Management of Hepatitis C: 2002
National Institutes of Health
June 10-12, 2002
SummaryThe hepatitis C virus (HCV) is one of the leading known causes of liver disease in the United States. It is a common cause of cirrhosis and hepatocellular carcinoma (HCC) as well as the most common reason for liver transplantation. At least 4 million people in this country are believed to have been infected with HCV. Following the identification of hepatitis A and hepatitis B, this disorder was categorized in 1974 as "non-A, non-B hepatitis." In 1989, the hepatitis C virus was identified and found to account for the majority of those patients with non-A, non-B hepatitis. In March 1997, the National Institutes of Health (NIH) held a Consensus Development Conference regarding management and treatment of HCV infection. This led to an important, widely distributed NIH Consensus Statement that, for several years, defined the standard of care.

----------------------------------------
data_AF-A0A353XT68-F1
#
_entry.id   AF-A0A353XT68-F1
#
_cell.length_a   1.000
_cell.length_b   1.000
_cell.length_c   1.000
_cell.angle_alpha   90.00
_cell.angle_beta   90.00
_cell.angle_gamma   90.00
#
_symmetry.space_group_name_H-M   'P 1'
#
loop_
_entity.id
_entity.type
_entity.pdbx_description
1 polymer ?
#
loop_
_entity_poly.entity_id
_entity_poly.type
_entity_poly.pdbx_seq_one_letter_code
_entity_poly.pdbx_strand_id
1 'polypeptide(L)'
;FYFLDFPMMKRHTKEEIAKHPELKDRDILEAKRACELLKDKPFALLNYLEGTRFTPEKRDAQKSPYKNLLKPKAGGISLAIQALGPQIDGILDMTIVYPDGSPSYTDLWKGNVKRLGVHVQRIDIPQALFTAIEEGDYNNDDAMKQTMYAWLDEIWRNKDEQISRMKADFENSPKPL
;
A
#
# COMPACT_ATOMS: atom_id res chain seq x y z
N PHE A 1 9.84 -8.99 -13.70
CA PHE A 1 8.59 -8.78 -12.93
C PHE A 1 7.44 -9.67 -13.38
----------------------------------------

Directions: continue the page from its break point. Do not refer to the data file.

Now 5 years later, knowledge of hepatitis C has increased dramatically, leading to the need to reexamine the approaches to management and treatment. This conference was convened with the aim of reviewing the most recent developments regarding management, treatment options, and the widening spectrum of potential candidates for treatment and of updating the 1997 Consensus Statement.
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